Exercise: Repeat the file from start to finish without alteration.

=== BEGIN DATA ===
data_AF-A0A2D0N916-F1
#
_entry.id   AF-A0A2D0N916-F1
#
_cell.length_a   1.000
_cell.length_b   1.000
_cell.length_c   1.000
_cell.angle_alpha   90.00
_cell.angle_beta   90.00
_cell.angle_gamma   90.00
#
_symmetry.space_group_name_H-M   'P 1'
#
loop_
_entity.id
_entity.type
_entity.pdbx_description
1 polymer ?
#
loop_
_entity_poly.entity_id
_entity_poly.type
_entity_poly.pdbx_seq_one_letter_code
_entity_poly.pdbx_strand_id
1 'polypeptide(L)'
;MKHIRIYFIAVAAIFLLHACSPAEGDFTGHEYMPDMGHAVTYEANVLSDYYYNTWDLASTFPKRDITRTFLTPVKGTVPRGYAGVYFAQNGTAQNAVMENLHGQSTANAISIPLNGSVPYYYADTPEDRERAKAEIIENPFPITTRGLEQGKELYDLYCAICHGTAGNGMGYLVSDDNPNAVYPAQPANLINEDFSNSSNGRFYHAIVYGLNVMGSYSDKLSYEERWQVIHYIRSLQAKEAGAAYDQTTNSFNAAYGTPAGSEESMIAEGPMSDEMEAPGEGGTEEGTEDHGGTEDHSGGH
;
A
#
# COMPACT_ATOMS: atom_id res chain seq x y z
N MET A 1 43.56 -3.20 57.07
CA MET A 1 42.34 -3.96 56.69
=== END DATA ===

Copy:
data_AF-A0A2D0N916-F1
#
_entry.id   AF-A0A2D0N916-F1
#
_cell.length_a   1.000
_cell.length_b   1.000
_cell.length_c   1.000
_cell.angle_alpha   90.00
_cell.angle_beta   90.00
_cell.angle_gamma   90.00
#
_symmetry.space_group_name_H-M   'P 1'
#
loop_
_entity.id
_entity.type
_entity.pdbx_description
1 polymer ?
#
loop_
_entity_poly.entity_id
_entity_poly.type
_entity_poly.pdbx_seq_one_letter_code
_entity_poly.pdbx_strand_id
1 'polypeptide(L)'
;MKHIRIYFIAVAAIFLLHACSPAEGDFTGHEYMPDMGHAVTYEANVLSDYYYNTWDLASTFPKRDITRTFLTPVKGTVPRGYAGVYFAQNGTAQNAVMENLHGQSTANAISIPLNGSVPYYYADTPEDRERAKAEIIENPFPITTRGLEQGKELYDLYCAICHGTAGNGMGYLVSDDNPNAVYPAQPANLINEDFSNSSNGRFYHAIVYGLNVMGSYSDKLSYEERWQVIHYIRSLQAKEAGAAYDQTTNSFNAAYGTPAGSEESMIAEGPMSDEMEAPGEGGTEEGTEDHGGTEDHSGGH
;
A
#
# COMPACT_ATOMS: atom_id res chain seq x y z
N MET A 1 43.56 -3.20 57.07
CA MET A 1 42.34 -3.96 56.69